As if being spineless isn’t bad enough, American Crossroads’ Karl Rove jokes about being murderous. At a fundraiser breakfast at the Republican National Convention, Rove was quoted as saying: “We should sink Todd Akin. If he’s found mysteriously murdered, don’t look for my whereabouts.”
That’s about as hilarious as a rape joke, which apparently isn’t enough to spur liberals to denounce their favorite “comedians”. Rove’s not a comedian either, and I’m sure Akin’s family wouldn’t be laughing about the political guru’s punch line. His comment is far more outrageous than Akin’s feeble attempt to answer a question about abortion and rape, but I predict little to no uproar from either political corner. Will American Crossroads distance itself from its ubiquitous advisor?
Don’t count on it.
Akin will be dragged through the mud by certain Republicans and every liberal out there who want to focus on a pixel instead of the big picture from now until November. The Jaco Report interview, which incited Rove’s attempt at comedy and the media’s fixation with Akin, should’ve inspired a much deeper conversation. As always, the attention span of mainstream media is like a child in a candy shop, flitting from one display to the next. There was much more substance to Akin’s interview that should draw concern, but not the same ire that his “legitimate rape” comments drew.
Typical of liberal media, Akin was asked about fringe examples of abortion, like tubal (ectopic) pregnancies. It never ceases to amaze me how pro-life politicians continually get duped into answering some of these questions without knowing it’s a set-up. Not that the small percentage of women affected (2% of pregnancies) with ectopic pregnancies are not important, or that the less than 1% of abortions (due to rape, incest or physical health of the mother) aren’t equally as tragic, but these examples are always used as a scapegoat for 100% of abortions.
According to the CDC: “The more sex partners a woman has, the greater her risk of developing PID.” Pelvic Inflammatory Disease (PID) is the most influential risk factor in a woman having an ectopic pregnancy. Yet this is exactly what Planned Parenthood and its ally, Claire McCaskill advocate—sexual behavior without parameters. According to Planned Parenthood, “Claire led the charge to pass legislation that restored birth-control access to three million college students after the Bush administration and its allies in Congress stripped access in 2005.”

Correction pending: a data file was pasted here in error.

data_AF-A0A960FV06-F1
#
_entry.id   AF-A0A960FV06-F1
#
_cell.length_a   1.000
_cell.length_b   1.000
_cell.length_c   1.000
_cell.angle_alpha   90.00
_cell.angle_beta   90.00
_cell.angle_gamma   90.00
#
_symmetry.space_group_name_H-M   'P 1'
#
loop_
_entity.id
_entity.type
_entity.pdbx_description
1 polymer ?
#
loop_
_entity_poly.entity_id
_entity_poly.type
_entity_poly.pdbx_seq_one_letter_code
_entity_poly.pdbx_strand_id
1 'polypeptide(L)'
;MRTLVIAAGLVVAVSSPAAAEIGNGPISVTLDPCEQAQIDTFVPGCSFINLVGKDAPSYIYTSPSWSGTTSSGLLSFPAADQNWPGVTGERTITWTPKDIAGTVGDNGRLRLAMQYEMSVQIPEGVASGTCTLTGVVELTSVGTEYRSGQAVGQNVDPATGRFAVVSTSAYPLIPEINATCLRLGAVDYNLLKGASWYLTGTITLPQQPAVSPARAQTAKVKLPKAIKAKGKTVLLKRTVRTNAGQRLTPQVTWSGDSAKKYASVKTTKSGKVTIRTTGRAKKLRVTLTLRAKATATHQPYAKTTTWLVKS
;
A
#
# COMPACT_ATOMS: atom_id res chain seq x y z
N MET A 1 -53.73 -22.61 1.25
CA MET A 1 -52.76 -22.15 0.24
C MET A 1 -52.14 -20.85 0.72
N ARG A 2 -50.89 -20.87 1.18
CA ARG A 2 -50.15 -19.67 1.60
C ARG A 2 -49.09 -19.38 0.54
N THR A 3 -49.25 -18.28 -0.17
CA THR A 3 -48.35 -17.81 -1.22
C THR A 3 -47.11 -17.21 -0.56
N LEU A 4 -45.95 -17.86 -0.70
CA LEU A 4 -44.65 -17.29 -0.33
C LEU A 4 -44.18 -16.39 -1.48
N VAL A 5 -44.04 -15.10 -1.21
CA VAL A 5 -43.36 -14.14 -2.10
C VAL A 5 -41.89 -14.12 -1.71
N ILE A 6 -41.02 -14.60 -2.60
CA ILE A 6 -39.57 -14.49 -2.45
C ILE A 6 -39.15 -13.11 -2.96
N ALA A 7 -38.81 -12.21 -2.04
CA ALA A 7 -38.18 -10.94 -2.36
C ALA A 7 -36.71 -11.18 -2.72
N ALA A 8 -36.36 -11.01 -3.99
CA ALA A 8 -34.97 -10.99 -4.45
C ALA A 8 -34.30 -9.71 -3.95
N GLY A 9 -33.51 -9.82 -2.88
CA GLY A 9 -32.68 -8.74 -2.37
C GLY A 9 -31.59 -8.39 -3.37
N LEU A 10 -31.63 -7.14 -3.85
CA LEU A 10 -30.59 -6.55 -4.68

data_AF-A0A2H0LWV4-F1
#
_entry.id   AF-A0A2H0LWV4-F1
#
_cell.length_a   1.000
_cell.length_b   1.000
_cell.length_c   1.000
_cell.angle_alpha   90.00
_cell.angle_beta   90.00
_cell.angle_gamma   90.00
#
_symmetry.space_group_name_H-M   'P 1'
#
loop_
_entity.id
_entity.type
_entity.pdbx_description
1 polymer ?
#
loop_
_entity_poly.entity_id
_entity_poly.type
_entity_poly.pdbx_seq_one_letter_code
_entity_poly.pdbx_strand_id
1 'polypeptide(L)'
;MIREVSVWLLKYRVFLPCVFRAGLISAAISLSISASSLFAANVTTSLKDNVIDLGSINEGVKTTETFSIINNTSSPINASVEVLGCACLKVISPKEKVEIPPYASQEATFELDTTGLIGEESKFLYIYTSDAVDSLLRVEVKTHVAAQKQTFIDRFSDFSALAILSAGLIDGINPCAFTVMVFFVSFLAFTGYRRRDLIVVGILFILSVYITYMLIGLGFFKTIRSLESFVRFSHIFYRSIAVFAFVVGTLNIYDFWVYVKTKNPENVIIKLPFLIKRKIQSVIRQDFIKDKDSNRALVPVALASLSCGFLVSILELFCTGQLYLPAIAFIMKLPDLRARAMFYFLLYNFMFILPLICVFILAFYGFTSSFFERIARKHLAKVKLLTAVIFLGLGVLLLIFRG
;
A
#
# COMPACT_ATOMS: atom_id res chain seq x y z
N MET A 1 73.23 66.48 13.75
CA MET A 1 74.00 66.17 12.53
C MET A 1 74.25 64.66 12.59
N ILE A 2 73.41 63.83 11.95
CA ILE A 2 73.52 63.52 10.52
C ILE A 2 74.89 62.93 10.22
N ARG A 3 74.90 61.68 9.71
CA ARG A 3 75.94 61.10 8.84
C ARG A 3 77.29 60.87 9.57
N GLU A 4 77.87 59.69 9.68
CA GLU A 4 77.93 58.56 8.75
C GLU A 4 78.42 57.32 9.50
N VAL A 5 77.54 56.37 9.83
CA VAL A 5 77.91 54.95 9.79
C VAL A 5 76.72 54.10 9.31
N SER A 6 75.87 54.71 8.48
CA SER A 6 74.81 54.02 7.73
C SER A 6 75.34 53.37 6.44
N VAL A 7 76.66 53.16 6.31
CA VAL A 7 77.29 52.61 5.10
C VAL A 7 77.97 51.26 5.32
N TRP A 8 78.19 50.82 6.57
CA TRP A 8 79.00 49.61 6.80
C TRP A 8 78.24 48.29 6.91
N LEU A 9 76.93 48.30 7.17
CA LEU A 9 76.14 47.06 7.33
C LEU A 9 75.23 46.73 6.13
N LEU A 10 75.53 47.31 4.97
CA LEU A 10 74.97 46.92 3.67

PID can leave women infertile. Adding more pain to the equation, infertility treatments are considered a contributing risk factor in ectopic pregnancies, according to the American Academy of Family Physicians.
Yet the controversy is over Akin’s misguided scientific understanding as opposed to an abortion industry, and its Congressional advocates, who regularly abuse science in the name of “choice”. This is why pro-life politicians need to be schooled. The media questions are predictable. There’s no excuse to be ill prepared. Pro-life politicians, from either party, need to put the “gotcha” questions into a clarified context. They need to stop regretting an interview because they could have “said it better” or “misspoke”. There’s voluminous information out there, 24-7 access to evidence, pro-life leaders willing to educate, and too many lives at stake to allow the political perversion of a pro-life stance.
Karl Rove’s comments were repulsive. Will we see a massive exodus of support for this Republican strategist over his despicable words? I’m a staunch advocate of freedom of speech, but for a party that continually espouses ‘responsibility’, his words were mean-spirited and reckless.
Perhaps fiscal conservatives and independents can shrug their shoulders and pretend that this is the stuff of “cultural wars” and it’s not their battlefield. Hopefully, before November, they will see the reality that ties all of this together. The deficit that our country is experiencing is way beyond financial. It is moral. We need more people who value Principle over Party, Character over Convenience, and Substance over Semantics.